Native Perspective

Native-Perspective

Don Stevens

By Don Stevens

It is that time of year again when all the fruits of the harvest have been put away for the winter and a blanket of snow now covers mother earth. She will awaken again in a few months and start the cycle all over again. Until then, we rest and attend to all those things that we have not had time to do over the growing season.

To celebrate this transition, the Abenaki people hold a gathering in December to help each other prepare for the long winter months. A very important part of this gathering has been sharing extra items we have accumulated that someone else may need. It was a way to help others without the expectation of getting something from a particular person in return; thus, no one felt guilty of not giving or receiving something of equal value. Each person gave only what they could spare, no matter the value. A red blanket was laid out on the floor and everyone would put something on it. The items could be an extra gathering basket, feathers, food, tools, or almost anything that would be of use. Each person would then pick one item from the blanket that they needed or wanted until everyone had something. This is the Abenaki version of today’s Christmas celebration, without all the stress that goes with it. However, because we walk in two worlds, we also celebrate the Christmas season like other Christians and merge traditions from both celebrations.

Most of our Abenaki ancestors were Christianized by the French Jesuits, when New England was New France. These priests taught about the birth of Jesus and the spiritual medicine he would bring to our people. They also taught about individuals from many tribes coming to see this birth that brought gifts to share with Mary, Joseph, and Jesus. Monetary values of these gifts were unimportant. Abenaki people could relate to all of these things because we have similar cultural traditions and practices.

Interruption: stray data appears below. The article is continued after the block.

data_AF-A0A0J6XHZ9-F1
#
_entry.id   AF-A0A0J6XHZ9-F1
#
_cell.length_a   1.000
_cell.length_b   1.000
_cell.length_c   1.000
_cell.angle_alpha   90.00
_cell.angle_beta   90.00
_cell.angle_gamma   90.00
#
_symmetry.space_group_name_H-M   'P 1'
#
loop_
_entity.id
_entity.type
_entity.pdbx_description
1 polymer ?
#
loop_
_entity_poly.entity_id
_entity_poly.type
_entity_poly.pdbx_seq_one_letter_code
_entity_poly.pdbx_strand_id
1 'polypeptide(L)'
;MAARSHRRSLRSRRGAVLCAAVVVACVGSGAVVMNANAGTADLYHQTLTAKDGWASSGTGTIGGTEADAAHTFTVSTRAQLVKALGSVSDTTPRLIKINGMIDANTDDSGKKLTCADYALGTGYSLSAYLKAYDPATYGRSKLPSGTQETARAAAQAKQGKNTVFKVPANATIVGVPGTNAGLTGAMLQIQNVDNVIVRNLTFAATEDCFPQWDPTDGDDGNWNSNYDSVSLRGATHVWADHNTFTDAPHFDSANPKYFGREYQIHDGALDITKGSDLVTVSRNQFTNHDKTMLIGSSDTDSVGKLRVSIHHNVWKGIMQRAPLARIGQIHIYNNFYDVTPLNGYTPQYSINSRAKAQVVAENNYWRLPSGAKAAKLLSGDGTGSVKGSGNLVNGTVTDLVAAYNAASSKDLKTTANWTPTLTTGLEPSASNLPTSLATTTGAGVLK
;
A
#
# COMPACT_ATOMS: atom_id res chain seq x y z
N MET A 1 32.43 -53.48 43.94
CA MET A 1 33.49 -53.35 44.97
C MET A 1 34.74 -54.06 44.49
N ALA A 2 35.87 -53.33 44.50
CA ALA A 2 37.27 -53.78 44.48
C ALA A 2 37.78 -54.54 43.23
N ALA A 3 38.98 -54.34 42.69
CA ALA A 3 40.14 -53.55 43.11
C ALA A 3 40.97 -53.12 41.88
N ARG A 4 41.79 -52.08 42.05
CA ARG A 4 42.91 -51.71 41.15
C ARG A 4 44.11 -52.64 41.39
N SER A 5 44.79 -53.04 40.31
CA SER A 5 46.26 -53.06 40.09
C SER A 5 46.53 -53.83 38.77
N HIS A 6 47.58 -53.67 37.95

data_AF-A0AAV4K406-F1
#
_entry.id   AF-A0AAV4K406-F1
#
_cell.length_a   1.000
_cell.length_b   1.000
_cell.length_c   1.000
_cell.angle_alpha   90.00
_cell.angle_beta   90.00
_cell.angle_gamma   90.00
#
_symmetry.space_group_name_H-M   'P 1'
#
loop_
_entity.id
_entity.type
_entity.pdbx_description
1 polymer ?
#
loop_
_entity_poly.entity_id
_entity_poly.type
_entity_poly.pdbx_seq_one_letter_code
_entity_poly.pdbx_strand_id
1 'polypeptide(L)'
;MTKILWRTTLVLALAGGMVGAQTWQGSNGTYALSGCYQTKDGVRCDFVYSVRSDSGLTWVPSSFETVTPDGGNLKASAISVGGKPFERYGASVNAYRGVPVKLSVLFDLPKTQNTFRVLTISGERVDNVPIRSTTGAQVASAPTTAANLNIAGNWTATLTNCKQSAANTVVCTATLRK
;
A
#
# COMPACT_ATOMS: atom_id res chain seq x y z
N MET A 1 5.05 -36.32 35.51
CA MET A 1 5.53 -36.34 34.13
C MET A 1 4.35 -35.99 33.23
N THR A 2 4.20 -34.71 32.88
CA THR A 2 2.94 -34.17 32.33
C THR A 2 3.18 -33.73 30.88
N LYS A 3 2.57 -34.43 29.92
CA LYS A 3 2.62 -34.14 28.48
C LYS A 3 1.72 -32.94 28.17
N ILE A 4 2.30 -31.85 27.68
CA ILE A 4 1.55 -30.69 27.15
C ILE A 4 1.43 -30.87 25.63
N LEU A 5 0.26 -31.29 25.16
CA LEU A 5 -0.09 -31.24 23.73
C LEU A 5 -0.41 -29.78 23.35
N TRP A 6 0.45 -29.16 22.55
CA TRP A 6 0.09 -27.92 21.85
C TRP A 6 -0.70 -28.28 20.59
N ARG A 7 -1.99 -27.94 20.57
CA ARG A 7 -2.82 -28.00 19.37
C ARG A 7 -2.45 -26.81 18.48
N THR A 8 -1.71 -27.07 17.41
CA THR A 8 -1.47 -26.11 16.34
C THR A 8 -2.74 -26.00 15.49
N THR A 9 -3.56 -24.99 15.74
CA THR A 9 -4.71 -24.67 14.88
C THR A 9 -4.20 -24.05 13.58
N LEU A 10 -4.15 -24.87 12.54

We need to remember these teachings and the spiritual medicine that comes with this Christmas season. Too many times have I seen parents depressed because they cannot afford to buy their children the cell phone they wanted or the latest gizmo that their children beg to receive. Friends worry about giving adequate gifts to all the people in their lives and how they will be able to bear the financial burden of maxing out their credit cards. In my view, the meaning of Christmas has somehow changed from a spiritual celebration to a commercial celebration.

My hope is that the true spirit and meaning of Christmas finds its way back into the lives of all who celebrate this season. The birth of Jesus is the event Christians use to symbolize the spirit of Christmas. Regardless of your faith, the spirit of Christmas is a hope for a better tomorrow. It is the sharing of one’s gifts with those less fortunate. It is the spiritual medicine that brings comfort to our lives in times of both desperation and joy. The true spirit of Christmas is how we use our talents to better those around us and improve the way we live our lives.

It is always good to give gifts that you are able to give to others and to celebrate this season with family and friends. However, remember the spiritual medicine of the season that was given to you, reduce the commercialism that the season has become, and remove the stressful expectations of the gifts that are given and received.  If Christmas has become more of a burden than a joyous occasion, please take the time to remember the spirit of the season. Maybe put out a red blanket of your own the next time you are with family and friends so you can enjoy each other and not worry so much about the gifts.

I wish you all the happiest of seasons, from my family to yours.

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